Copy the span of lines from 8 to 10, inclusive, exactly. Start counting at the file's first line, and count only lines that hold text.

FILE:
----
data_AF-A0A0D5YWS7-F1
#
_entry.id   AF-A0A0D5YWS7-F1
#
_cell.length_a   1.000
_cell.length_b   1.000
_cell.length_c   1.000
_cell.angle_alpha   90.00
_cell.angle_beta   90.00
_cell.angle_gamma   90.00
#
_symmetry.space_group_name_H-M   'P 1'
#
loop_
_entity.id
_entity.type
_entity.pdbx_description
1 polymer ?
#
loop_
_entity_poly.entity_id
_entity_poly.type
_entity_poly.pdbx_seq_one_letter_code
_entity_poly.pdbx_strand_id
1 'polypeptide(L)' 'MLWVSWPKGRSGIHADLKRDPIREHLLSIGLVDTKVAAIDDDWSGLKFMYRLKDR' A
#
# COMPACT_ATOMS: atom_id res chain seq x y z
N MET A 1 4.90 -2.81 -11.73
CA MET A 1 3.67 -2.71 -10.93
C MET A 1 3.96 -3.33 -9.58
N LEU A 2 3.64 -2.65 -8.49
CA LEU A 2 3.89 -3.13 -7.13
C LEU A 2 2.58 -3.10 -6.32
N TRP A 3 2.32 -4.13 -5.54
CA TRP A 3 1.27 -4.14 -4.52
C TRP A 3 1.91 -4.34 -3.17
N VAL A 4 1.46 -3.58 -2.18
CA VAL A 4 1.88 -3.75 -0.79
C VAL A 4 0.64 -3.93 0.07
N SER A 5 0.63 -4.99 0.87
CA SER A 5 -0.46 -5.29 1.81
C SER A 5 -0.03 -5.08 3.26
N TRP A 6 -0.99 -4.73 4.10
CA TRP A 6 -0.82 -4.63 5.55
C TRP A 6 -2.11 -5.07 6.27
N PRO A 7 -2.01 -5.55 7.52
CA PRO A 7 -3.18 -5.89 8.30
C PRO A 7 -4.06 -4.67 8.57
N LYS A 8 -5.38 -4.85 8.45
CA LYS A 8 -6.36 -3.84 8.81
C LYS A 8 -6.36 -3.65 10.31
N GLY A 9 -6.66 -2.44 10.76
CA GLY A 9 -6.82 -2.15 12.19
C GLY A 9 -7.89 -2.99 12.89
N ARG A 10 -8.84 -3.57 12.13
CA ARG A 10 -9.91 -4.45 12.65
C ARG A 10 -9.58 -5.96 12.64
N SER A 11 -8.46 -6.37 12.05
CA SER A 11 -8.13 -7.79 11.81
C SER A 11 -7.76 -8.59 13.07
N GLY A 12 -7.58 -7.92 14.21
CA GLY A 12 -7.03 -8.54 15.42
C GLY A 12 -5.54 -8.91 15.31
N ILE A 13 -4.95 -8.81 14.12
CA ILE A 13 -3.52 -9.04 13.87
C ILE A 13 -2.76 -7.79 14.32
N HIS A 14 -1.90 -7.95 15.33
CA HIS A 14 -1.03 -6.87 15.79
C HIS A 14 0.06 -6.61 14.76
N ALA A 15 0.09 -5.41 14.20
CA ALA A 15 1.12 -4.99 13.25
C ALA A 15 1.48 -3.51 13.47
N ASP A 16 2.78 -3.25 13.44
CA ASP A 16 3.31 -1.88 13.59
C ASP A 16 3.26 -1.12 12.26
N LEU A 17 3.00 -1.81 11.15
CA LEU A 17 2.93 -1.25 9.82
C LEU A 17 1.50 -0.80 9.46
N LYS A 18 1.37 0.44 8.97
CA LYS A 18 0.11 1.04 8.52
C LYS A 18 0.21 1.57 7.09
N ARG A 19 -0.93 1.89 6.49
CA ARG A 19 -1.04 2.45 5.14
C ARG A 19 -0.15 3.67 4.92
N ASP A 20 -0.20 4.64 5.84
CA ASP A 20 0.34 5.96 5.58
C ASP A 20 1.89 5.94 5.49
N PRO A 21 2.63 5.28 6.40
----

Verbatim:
_cell.angle_alpha   90.00
_cell.angle_beta   90.00
_cell.angle_gamma   90.00